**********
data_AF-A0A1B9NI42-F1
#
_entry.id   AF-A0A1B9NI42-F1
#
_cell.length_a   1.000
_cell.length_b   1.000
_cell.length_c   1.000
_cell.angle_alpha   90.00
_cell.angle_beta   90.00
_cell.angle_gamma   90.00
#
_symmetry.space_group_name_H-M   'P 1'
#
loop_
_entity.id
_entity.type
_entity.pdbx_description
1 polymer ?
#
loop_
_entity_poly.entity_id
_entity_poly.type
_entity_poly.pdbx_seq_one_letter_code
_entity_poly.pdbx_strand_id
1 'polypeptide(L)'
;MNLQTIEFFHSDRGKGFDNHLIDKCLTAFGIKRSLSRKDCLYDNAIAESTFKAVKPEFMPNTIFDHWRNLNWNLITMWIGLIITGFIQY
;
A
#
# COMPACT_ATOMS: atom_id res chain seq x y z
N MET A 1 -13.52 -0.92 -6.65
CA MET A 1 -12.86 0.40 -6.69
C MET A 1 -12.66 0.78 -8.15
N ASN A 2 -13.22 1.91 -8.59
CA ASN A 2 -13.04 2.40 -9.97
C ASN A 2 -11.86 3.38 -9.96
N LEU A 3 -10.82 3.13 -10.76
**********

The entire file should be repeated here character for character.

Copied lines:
data_AF-A0A1B9NI42-F1
#
_entry.id   AF-A0A1B9NI42-F1
#
_cell.length_a   1.000
_cell.length_b   1.000
_cell.length_c   1.000
_cell.angle_alpha   90.00
_cell.angle_beta   90.00
_cell.angle_gamma   90.00
#
_symmetry.space_group_name_H-M   'P 1'
#
loop_
_entity.id
_entity.type
_entity.pdbx_description
1 polymer ?
#
loop_
_entity_poly.entity_id
_entity_poly.type
_entity_poly.pdbx_seq_one_letter_code
_entity_poly.pdbx_strand_id
1 'polypeptide(L)'
;MNLQTIEFFHSDRGKGFDNHLIDKCLTAFGIKRSLSRKDCLYDNAIAESTFKAVKPEFMPNTIFDHWRNLNWNLITMWIGLIITGFIQY
;
A
#
# COMPACT_ATOMS: atom_id res chain seq x y z
N MET A 1 -13.52 -0.92 -6.65
CA MET A 1 -12.86 0.40 -6.69
C MET A 1 -12.66 0.78 -8.15
N ASN A 2 -13.22 1.91 -8.59
CA ASN A 2 -13.04 2.40 -9.97
C ASN A 2 -11.86 3.38 -9.96
N LEU A 3 -10.82 3.13 -10.76